Pat Gibson, A Gift to Backgammon

Pat Gibson, A Gift to Backgammon

Pat Gibson, A Gift to Backgammon

Interviewed by Phil Simborg

Patrick Gibson is best known as a tournament director and organizer, and he’s been doing it over 30 years, primarily in the L.A. area, but he’s been involved throughout the US, Europe and the Caribbean as well. He’s directed over 3000 tournaments in L.A. since 1977! Patrick has organized training seminars, charity events, and major ABT events of all kinds. You will soon see him as Director of the New Mexico State Championships in Santa Fe at the end of January. Anyone who has been to a Patrick Gibson tournament knows how smoothly, efficiently, and fairly it is run. Patrick has also distinguished himself as a player, cashing in many events, and capturing the number 3 ranking on the ABT tour in 2007 after winning the prestigious Michigan Summer Championships that year. But the main reason I wanted to recognize him is that his very presence is always such a plus to any backgammon event. His humor and good spirit is infectious, and I wanted to know more about him, and I thought my readers would too.

When did you start playing?

In 1977 we would play games at lunch time at my data processing job at Ross-Loos Medical Group. We played cribbage—I won. We played Cubic (3-D tic tac toe)—I won. We played hearts—I won. Most of the time, whatever we played, I won. Eventually a co-worker asked if I knew how to play backgammon. I said no, and that was the beginning of the MFIC of backgammon.

Who are the people in backgammon you admire, and why?

I admire Norm Wiggins as “the consummate gentleman of our game”, always calm and cool, never raises his voice, willing to help anyone with a backgammon problem or question. He takes all of our “teasing” and just keeps beating us, but he’s also gracious when he does manage to get beat.

Another admiree is Carol Joy Cole. She is our “lady of backgammon”. Created the Backgammon Boutique, with everything one might need or want to obtain. Maintains the backgammon Calendar, giving visibility to competitions around the world. Soft spoken but a fierce competitor. Produces the Michigan State Backgammon Championship, our most attended and competitive backgammon event each year. And, how could we live without the Flint Area Backgammon News for reports, stories, world-wide results, pictures, and and and.

What is your favorite backgammon book?

Backgammon Boot Camp, by Walter Trice is awesome! He explains the concepts and strategies with great prose and clear examples. Even though I have a huge backgammon library, over 100 books, Boot Camp is a real gem, both for review and expanding my knowledge.

What is your biggest backgammon victory?

I have discovered that I have a 13-year periodic big-win history. My first major victory occurred in 1981 in the Intermediate division of the California Open (Sid Jackson’s event at the Bonaventure Hotel in Los Angeles). Thirteen years later (1994), I won the Open division of the San Diego Grand Prix and thereby won 2nd place in the ABT.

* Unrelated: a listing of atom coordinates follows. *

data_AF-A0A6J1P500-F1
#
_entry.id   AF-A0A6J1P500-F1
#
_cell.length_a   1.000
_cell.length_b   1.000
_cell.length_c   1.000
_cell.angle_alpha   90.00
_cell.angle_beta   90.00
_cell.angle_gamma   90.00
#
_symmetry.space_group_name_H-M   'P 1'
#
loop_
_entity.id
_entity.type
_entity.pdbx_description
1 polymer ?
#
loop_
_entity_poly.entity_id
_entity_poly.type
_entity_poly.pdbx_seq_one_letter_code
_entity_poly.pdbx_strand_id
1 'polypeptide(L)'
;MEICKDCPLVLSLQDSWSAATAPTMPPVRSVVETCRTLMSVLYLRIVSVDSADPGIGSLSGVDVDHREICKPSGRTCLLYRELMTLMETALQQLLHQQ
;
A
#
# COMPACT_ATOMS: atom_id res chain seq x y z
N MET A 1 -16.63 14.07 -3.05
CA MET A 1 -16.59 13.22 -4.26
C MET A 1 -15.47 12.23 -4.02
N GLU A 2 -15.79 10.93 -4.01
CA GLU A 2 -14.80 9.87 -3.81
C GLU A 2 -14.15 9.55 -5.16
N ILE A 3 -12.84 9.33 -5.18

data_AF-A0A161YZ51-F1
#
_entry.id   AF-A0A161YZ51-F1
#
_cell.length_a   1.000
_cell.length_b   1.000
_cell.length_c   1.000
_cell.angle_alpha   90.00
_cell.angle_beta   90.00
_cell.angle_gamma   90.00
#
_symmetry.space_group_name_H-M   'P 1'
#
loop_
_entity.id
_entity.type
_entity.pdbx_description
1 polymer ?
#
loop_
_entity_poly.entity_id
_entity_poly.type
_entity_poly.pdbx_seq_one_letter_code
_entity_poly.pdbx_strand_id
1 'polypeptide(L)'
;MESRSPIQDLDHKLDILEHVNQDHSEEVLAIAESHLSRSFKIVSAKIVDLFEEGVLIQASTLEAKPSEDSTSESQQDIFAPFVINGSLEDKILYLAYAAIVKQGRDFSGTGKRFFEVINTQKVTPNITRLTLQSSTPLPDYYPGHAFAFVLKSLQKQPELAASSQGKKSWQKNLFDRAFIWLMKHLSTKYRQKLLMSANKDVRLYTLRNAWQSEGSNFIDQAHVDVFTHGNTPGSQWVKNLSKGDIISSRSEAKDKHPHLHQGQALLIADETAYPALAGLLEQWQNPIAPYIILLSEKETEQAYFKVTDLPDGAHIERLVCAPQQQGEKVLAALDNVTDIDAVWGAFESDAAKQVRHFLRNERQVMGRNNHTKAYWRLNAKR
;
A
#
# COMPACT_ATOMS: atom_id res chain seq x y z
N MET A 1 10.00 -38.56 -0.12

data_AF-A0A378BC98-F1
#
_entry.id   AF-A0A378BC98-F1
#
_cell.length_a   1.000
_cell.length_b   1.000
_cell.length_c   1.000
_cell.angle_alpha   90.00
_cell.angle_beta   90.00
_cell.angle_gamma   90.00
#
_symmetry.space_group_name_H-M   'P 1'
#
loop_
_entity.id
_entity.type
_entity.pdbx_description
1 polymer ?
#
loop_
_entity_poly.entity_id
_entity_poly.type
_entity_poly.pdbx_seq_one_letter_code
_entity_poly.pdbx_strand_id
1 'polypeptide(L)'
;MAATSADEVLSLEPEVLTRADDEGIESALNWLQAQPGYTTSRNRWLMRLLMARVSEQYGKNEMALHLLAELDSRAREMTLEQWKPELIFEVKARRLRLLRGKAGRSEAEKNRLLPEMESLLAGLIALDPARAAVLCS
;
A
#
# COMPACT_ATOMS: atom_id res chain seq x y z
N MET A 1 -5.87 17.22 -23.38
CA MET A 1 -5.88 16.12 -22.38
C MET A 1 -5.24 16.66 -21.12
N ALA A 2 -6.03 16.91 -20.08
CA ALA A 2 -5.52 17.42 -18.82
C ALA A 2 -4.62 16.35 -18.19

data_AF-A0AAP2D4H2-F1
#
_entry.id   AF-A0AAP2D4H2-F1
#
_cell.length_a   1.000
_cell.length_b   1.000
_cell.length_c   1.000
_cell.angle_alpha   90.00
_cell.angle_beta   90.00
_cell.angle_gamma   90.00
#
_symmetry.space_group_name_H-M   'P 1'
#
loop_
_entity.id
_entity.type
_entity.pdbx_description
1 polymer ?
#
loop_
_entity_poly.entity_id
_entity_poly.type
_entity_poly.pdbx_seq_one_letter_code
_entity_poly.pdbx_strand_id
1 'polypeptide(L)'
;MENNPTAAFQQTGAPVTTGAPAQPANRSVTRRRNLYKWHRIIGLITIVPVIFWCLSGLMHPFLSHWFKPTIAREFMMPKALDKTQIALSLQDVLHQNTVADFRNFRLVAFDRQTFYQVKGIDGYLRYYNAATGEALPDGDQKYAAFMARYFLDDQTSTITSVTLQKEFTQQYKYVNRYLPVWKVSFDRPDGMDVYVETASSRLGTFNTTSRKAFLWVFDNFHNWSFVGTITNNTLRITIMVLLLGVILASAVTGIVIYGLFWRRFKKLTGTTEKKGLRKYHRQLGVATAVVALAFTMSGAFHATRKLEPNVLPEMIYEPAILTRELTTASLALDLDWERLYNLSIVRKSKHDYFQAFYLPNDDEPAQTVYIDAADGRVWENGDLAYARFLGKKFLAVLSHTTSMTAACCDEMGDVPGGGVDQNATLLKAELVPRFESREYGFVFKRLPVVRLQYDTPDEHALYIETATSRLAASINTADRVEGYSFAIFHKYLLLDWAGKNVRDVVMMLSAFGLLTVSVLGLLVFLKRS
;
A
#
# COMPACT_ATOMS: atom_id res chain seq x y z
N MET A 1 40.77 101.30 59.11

My biggest was, thirteen years later (2007), winning the Michigan Summer Backgammon Championships in Novi (defeating my good friend and mentor, Ray Fogerlund, in the finals—the biggest event in the U.S. that year—and I took 3rd place in the ABT that year. So I am looking forward to 2020 for my next big one.

What is your favorite type of backgammon?

I love to play “tournament” backgammon, face to face. It is more difficult than heads-up money play or chouette play. But more importantly to me, it measures your focus, endurance, and surviving the vagaries of both dice and opponents.

What is your favorite side event at tournaments?

I really enjoy playing in the Doubles at tournaments. Sharing tactics and strategies with your partner and negotiating when necessary the occasional differences of opinion. I always learn from and enjoy the rapport with my partners that I have played with (e.g., Ray Fogerlund, Steve Sax, Norm Wiggins, Harvey Gillis, Doug Mayfield and Azzam Masarani—all of whom I have cashed with in the Doubles).

How long have you been competing on the ABT?

When the ABT began in 1993, I directed two of the tour’s events, definitely played in at least two (the San Diego events) plus probably 1 or 2 others (Michigan and/or Midwest). The ABT was a great idea and we are indebted to Bill Davis for his leadership and creativity.

Who are your heroes outside of backgammon?

John Wayne (any movie) and Johnny Wisemuller (as Tarzan) were my heroes growing up. The CIO (Chief Information Officer) at Kaiser Permanente, Tom Fleishman, will always be my hero. He practiced his philosophy, when something went wrong: “We do not need a head to roll, but rather let’s find the problem and put prevention in place to keep it from happening again”; e.g., he was constructive not punitive.

How much a week do you play backgammon?